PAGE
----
With a title like Nobody's B----, Young Money's Shanell is sure to raise eyebrows after yesterday's release of her new project. But the singer-songwriter wants the unfamiliar to know that there is a much deeper meaning to her music than meets the eye. On the day of her release, Shanell herself told BET.com about the game she learned from featured guest Too $hort, her female inspirations and whether she thinks Nicki Minaj is a role model.
BET.com: You're delivering a strong message with the title Nobody's B----. Who are the women who inspire that idea to you?
Shanell: I’m a big fan of Madonna. I’m also a big fan of Lauryn Hill. I’m a big fan of Amy Winehouse and I’m a big fan of myself I guess. If nobody else pats you on the back you gotta pat yourself on the back. I pat myself on the back for being able to go through all the hoops and hurdles of a woman in a business that’s predominantly male-based and getting to the point where I’m able to express myself and do what I do without having to become somebody else that I’m not. Or having to do some of the things that I’ve heard stories that women have had to do; or felt like they had to do to get where they’re trying to get. So Nobody’s B---- was just something that. I felt like throughout my journey in my profession that I’ve always been nobody’s b----.
Sadly Lauryn Hill has been in the news of late for things other than her music. Why is she important to you?
Lauryn’s very, very powerful and she’s a leader. She don’t care whether anybody’s following her or not. She’s a leader in her own thing. I big her up for that and whatever decision she’s making. Because I just believe that everybody’s doing something for a reason. And whether you can understand that reason at this point in your life or not, there’s no reason to judge, there’s no reason to talk down on anybody. She made a statement and she chose to do what she’s doing and I back her up. I’m on #teamlaurynhill (Laughs).
How did Too $hort end up on a project like this?
I met Too $hort, and I wasn’t really fond of him at first ... but when I sat and talked to him and he schooled me on the difference and the reason why he says it [b----] and who he’s saying it to, it made total sense. And it’s the same thing everybody does. Women or men; just like I said with Lauryn Hill, he has a reason for doing what he’s doing. But he’s a very, very nice, genuine person and I’ve known him for a long time. I actually did a couple of hooks for him on some albums back in the day.
That voice on your Nobody's B---- speaks interludes sounds familiar. Who is that and what do you like about that soundbite?
It's Erykah Badu. I watched an interview [she did] that just inspired me a whole lot… She just said some real sh--. When you’re doing something as an individual and nobody else is doing it, it takes guts and it takes balls but it pays off in the end. And if more people did that then they wouldn’t feel like they’re just suppressing themselves and their feelings. They would get a chance to learn who they really are, because sometimes when you express yourself, it’s not always gonna be good, it’s not always gonna be right. But if you never get to express yourself, you never get to see. I got a bunch of people mad at me because it [title of the interlude] says nobody’s b----. I don’t really care, but it’s good to hear the peoples’ opinions and now I see who I’m talking to, I see who I’m dealing with. You just learn from everything and I think that statement, being independent is like just standing out there alone, and not many people want to do that.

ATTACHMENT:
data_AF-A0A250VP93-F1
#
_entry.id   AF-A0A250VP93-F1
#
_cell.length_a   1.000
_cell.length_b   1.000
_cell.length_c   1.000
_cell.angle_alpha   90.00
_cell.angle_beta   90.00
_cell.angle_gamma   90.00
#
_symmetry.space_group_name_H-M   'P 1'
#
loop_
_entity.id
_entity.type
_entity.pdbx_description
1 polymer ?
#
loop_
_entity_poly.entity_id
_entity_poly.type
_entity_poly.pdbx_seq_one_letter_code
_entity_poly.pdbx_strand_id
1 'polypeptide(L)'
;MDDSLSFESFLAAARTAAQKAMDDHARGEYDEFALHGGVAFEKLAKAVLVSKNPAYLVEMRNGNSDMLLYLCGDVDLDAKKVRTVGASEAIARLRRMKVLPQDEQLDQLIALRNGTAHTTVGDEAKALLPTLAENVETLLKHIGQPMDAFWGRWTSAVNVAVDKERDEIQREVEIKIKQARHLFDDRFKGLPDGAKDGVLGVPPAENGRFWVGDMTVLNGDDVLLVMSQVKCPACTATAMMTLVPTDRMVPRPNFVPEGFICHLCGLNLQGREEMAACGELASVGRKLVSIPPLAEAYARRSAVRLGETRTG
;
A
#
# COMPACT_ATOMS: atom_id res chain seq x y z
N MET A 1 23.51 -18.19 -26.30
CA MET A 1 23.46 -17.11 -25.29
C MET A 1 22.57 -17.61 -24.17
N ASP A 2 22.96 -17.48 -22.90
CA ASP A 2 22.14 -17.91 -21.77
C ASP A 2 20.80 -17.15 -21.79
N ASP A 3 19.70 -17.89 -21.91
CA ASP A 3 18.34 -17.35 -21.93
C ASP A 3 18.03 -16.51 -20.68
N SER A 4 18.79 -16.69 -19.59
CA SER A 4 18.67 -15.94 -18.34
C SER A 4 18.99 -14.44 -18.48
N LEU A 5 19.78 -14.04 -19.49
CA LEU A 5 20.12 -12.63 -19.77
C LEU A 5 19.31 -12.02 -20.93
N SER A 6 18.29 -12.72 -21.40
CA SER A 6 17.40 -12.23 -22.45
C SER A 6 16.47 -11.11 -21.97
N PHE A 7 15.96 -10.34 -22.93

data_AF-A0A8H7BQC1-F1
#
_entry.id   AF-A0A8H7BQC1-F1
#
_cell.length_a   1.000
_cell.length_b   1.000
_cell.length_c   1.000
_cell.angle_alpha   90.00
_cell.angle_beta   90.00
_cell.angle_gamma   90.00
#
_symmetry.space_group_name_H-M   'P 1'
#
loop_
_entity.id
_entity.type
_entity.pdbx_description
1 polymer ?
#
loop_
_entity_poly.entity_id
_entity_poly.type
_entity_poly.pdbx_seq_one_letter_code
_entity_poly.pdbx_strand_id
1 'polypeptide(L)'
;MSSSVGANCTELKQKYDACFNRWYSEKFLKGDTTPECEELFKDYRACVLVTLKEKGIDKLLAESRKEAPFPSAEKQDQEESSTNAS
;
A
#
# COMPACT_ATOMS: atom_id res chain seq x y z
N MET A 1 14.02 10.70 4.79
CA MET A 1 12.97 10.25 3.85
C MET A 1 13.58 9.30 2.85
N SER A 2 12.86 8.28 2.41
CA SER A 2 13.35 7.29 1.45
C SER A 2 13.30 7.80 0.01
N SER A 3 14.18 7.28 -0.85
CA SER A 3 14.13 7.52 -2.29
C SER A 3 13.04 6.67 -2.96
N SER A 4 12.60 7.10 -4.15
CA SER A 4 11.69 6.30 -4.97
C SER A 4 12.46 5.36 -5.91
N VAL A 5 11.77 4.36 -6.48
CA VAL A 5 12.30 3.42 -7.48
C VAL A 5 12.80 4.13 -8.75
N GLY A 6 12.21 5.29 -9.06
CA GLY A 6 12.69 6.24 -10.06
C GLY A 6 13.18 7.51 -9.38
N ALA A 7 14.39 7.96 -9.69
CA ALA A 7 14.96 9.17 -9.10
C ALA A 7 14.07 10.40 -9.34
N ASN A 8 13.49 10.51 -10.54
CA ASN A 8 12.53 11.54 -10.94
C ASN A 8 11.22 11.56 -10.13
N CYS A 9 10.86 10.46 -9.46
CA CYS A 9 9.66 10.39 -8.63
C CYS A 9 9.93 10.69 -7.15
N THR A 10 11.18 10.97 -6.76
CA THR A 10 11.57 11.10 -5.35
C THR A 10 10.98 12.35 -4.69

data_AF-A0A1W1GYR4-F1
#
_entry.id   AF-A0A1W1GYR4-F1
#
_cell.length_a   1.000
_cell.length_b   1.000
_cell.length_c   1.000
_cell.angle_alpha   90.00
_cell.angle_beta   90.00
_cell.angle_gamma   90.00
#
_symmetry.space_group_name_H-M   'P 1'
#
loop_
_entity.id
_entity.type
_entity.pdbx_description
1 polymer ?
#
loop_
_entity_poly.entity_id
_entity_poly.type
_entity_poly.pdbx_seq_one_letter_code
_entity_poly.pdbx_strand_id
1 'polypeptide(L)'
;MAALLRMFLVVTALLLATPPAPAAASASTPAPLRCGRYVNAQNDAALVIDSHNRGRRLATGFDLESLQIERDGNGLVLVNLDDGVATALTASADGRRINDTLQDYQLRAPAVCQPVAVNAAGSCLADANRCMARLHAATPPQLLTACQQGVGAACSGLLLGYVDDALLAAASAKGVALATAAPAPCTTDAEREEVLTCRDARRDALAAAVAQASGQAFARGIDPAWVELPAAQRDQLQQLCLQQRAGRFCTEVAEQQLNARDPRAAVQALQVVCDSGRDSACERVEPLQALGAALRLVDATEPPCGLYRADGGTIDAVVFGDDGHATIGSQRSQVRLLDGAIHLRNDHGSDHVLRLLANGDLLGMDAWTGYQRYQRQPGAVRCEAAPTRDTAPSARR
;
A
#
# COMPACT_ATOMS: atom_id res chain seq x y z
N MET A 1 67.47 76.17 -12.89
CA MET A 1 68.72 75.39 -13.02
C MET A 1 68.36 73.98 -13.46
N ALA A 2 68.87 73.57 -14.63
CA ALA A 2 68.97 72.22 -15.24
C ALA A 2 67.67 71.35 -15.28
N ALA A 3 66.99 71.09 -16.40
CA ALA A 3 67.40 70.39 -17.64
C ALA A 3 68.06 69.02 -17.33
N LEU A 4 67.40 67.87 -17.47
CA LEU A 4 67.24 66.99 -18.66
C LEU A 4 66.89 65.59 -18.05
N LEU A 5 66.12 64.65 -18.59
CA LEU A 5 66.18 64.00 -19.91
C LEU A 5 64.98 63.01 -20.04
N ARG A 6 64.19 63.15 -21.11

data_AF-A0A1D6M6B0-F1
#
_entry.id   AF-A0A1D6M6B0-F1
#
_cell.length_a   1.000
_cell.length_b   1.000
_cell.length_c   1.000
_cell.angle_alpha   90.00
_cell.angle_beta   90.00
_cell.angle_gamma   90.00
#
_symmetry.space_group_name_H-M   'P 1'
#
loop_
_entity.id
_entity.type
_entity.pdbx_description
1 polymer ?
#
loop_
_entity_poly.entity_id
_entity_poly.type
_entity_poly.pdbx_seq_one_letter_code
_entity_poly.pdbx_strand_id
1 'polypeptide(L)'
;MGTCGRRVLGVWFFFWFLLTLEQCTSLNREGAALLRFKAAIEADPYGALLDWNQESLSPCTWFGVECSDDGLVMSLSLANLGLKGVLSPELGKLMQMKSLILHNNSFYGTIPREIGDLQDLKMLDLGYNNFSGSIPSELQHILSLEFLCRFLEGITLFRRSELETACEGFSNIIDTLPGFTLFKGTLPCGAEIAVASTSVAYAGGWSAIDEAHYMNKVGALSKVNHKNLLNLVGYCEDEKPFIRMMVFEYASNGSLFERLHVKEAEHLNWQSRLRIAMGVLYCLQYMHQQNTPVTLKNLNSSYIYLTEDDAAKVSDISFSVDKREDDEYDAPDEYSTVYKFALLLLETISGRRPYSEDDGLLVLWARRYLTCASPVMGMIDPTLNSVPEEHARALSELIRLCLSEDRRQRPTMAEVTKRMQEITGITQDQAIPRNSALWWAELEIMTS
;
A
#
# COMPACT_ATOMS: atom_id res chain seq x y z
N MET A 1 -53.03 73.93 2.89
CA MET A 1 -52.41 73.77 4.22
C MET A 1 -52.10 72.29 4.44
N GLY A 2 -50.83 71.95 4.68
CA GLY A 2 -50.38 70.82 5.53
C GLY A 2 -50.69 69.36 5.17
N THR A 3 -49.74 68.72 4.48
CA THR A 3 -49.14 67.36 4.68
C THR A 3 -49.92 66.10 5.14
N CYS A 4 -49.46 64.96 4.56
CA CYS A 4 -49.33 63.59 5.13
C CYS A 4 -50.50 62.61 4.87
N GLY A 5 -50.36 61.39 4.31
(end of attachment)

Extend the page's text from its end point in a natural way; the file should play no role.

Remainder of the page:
You covered Amy Winehouse’s "Love Is a Losing Game." What does she mean to you?
I always felt like Amy’s lyrics, I don’t know if people really paid attention to ‘em, she said some real stuff in there. She always felt like the homie to me. She sang with a soulful voice that my mother would love but still was able to connect to the younger audience like me because she’d be saying some real stuff. And tell stories and be honest about how she felt and what she did like. She’s just real. She could sing jazzy and sing soulful and still keep in touch with what’s going on.
Are you hoping for that same personal connection with your listeners?
I am. Because for a while I went back and forth with what I wanted to talk about in my lyrics because I knew that with the Young Money fan base being so young, I was like, man, I done been through too much to just not talk about certain things. I was like, you know what, I can be the big sister to the 14-year-old that’s going through something that I went through that I can pretty much explain how I went through it. Or I can be the big sister to the homeboy who’s dealing with a chick who ain’t about nothing, who is trying to get over on her baby daddy or whatever. I just felt like I found a way to express myself honestly without being a bad (influence). Because I believe that as an artist you are a role model. You’re talking to people that are looking for an answer. And I had to find a way to be comfortable with expressing real life without it being glorifying of the negative stuff, but still being able to talk about it.
Speaking of role models, how do you feel about people criticizing your label mate Nicki Minaj's image?
I think for any artist, they put a lot on us, but they allow us to do a lot. You choose what direction you wanna go. Either you choose to be overly correct with everything you do and you’re poised every time you take a picture and you’re always doing positive stuff, or you can be real and be you and just get what comes at you for being real. I’m not too familiar with what they say about Nicki, but I just feel like Nicki pretty much decides what she wants to do and then does it. And I’m all about that.
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(Photo: Alberto E. Rodriguez/Getty Images For BET)